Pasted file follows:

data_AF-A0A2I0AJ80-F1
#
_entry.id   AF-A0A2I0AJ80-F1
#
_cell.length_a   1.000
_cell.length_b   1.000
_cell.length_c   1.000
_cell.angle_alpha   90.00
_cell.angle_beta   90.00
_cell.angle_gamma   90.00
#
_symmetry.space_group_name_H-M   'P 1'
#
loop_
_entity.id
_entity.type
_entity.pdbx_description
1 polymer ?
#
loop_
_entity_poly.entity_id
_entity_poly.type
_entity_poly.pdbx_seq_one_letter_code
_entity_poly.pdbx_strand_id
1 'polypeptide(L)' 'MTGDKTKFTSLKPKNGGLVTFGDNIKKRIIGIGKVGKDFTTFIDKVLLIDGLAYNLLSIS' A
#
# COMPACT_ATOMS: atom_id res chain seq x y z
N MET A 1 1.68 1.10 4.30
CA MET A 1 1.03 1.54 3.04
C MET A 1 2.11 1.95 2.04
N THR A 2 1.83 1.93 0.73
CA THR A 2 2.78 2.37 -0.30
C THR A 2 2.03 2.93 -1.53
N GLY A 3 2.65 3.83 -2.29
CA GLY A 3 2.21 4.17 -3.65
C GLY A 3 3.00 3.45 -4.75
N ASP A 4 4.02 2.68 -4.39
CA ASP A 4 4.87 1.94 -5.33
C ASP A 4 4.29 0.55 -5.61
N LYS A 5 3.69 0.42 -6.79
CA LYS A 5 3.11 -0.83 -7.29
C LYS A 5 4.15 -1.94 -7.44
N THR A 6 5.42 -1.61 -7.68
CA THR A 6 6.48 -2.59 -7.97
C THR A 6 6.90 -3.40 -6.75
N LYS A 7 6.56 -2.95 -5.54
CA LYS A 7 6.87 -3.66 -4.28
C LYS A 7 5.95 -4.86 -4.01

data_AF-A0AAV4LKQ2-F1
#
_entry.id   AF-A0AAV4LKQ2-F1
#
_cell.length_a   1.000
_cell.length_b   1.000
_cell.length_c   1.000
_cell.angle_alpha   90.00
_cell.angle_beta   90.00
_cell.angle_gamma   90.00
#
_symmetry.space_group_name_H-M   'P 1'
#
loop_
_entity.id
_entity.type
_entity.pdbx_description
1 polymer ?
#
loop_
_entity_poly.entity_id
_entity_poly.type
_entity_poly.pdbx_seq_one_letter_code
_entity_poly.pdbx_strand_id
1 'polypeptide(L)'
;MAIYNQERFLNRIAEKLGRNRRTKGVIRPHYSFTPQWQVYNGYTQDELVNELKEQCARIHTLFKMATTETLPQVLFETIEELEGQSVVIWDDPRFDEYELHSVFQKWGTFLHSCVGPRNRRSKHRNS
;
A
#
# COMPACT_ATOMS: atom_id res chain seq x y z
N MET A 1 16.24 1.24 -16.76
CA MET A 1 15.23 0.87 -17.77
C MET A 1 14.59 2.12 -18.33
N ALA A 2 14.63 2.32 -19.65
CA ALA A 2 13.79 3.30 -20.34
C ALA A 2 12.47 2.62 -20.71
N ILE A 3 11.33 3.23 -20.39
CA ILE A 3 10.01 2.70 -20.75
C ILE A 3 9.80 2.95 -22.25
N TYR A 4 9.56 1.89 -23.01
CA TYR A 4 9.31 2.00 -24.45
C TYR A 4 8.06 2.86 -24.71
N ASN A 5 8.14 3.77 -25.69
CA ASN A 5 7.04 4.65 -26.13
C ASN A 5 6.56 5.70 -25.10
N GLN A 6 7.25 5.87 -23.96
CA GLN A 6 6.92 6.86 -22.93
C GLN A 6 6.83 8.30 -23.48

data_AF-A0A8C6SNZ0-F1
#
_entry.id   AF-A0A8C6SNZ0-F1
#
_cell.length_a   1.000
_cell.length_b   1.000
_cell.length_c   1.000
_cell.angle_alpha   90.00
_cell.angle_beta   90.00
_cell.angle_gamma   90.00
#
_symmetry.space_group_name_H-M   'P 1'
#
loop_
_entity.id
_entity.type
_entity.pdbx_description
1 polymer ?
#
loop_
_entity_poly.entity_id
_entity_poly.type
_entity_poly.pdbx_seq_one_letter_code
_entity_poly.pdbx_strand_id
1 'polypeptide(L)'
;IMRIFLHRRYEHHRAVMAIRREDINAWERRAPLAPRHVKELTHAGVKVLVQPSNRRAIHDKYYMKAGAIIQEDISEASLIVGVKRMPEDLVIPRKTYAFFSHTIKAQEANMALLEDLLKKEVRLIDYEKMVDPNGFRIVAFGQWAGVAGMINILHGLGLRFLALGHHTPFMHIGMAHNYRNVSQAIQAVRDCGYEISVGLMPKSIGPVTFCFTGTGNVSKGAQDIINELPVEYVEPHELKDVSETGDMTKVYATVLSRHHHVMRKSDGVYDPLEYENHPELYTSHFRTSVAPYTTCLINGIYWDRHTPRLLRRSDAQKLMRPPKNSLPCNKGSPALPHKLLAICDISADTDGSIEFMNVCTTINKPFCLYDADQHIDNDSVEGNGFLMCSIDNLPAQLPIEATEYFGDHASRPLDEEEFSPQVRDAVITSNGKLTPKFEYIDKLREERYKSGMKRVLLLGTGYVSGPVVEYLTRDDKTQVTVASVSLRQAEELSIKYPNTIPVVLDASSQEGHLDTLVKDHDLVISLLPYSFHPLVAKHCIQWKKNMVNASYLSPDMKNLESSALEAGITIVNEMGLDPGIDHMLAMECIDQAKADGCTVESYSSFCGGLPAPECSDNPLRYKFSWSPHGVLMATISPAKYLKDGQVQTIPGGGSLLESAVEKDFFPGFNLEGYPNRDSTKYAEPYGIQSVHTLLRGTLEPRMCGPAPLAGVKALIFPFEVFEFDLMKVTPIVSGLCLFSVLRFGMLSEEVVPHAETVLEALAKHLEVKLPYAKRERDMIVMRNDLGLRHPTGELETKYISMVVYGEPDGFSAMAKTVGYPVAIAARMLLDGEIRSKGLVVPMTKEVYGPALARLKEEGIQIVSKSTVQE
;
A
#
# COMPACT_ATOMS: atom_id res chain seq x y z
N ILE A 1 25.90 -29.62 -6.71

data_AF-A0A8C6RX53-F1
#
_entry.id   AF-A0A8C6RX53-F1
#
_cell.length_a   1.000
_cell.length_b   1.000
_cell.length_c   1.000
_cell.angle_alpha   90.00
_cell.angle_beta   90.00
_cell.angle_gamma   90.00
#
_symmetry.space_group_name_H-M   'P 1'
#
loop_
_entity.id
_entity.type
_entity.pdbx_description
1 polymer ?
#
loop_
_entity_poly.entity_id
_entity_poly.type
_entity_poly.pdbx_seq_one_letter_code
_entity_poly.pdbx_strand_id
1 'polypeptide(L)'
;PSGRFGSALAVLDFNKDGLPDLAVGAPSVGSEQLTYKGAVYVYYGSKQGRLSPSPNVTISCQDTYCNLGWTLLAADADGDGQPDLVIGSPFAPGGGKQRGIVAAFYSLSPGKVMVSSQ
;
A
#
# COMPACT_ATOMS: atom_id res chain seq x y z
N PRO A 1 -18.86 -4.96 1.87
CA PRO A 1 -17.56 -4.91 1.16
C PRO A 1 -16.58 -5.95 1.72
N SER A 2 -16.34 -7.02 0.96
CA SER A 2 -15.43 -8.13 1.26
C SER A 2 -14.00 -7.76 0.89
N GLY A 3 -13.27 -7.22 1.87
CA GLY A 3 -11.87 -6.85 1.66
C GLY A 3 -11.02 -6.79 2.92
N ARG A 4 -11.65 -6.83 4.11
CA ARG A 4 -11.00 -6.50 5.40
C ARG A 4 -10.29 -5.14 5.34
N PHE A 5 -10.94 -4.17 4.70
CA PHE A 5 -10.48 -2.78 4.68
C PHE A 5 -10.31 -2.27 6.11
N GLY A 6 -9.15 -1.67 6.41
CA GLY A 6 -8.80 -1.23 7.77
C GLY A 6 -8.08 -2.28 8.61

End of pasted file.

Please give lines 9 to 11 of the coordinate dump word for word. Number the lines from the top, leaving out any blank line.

_cell.angle_beta   90.00
_cell.angle_gamma   90.00
#